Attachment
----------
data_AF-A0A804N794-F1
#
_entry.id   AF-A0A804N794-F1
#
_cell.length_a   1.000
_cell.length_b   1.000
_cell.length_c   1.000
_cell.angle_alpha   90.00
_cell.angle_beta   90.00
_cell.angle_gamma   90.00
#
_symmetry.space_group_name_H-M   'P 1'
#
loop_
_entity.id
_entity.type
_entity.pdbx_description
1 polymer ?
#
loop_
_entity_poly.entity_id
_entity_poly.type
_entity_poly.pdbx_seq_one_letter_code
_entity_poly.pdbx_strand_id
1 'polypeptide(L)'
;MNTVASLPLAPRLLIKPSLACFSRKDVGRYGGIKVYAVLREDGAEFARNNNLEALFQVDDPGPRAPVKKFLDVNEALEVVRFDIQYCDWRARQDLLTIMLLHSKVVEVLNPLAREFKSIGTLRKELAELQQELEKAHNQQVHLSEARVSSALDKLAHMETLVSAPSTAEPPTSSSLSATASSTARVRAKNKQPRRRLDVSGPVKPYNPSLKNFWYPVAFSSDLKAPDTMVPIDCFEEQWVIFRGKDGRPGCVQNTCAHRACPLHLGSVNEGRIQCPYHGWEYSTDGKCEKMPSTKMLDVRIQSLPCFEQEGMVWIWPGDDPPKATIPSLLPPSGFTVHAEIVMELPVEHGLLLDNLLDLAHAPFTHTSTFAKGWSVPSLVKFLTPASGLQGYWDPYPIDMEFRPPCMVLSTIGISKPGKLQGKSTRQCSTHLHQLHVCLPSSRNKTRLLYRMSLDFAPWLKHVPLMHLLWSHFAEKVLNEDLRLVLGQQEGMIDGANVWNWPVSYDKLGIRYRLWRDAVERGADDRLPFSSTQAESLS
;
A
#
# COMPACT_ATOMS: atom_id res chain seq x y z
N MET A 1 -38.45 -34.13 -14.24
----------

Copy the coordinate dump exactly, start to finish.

data_AF-A0A804N794-F1
#
_entry.id   AF-A0A804N794-F1
#
_cell.length_a   1.000
_cell.length_b   1.000
_cell.length_c   1.000
_cell.angle_alpha   90.00
_cell.angle_beta   90.00
_cell.angle_gamma   90.00
#
_symmetry.space_group_name_H-M   'P 1'
#
loop_
_entity.id
_entity.type
_entity.pdbx_description
1 polymer ?
#
loop_
_entity_poly.entity_id
_entity_poly.type
_entity_poly.pdbx_seq_one_letter_code
_entity_poly.pdbx_strand_id
1 'polypeptide(L)'
;MNTVASLPLAPRLLIKPSLACFSRKDVGRYGGIKVYAVLREDGAEFARNNNLEALFQVDDPGPRAPVKKFLDVNEALEVVRFDIQYCDWRARQDLLTIMLLHSKVVEVLNPLAREFKSIGTLRKELAELQQELEKAHNQQVHLSEARVSSALDKLAHMETLVSAPSTAEPPTSSSLSATASSTARVRAKNKQPRRRLDVSGPVKPYNPSLKNFWYPVAFSSDLKAPDTMVPIDCFEEQWVIFRGKDGRPGCVQNTCAHRACPLHLGSVNEGRIQCPYHGWEYSTDGKCEKMPSTKMLDVRIQSLPCFEQEGMVWIWPGDDPPKATIPSLLPPSGFTVHAEIVMELPVEHGLLLDNLLDLAHAPFTHTSTFAKGWSVPSLVKFLTPASGLQGYWDPYPIDMEFRPPCMVLSTIGISKPGKLQGKSTRQCSTHLHQLHVCLPSSRNKTRLLYRMSLDFAPWLKHVPLMHLLWSHFAEKVLNEDLRLVLGQQEGMIDGANVWNWPVSYDKLGIRYRLWRDAVERGADDRLPFSSTQAESLS
;
A
#
# COMPACT_ATOMS: atom_id res chain seq x y z
N MET A 1 -38.45 -34.13 -14.24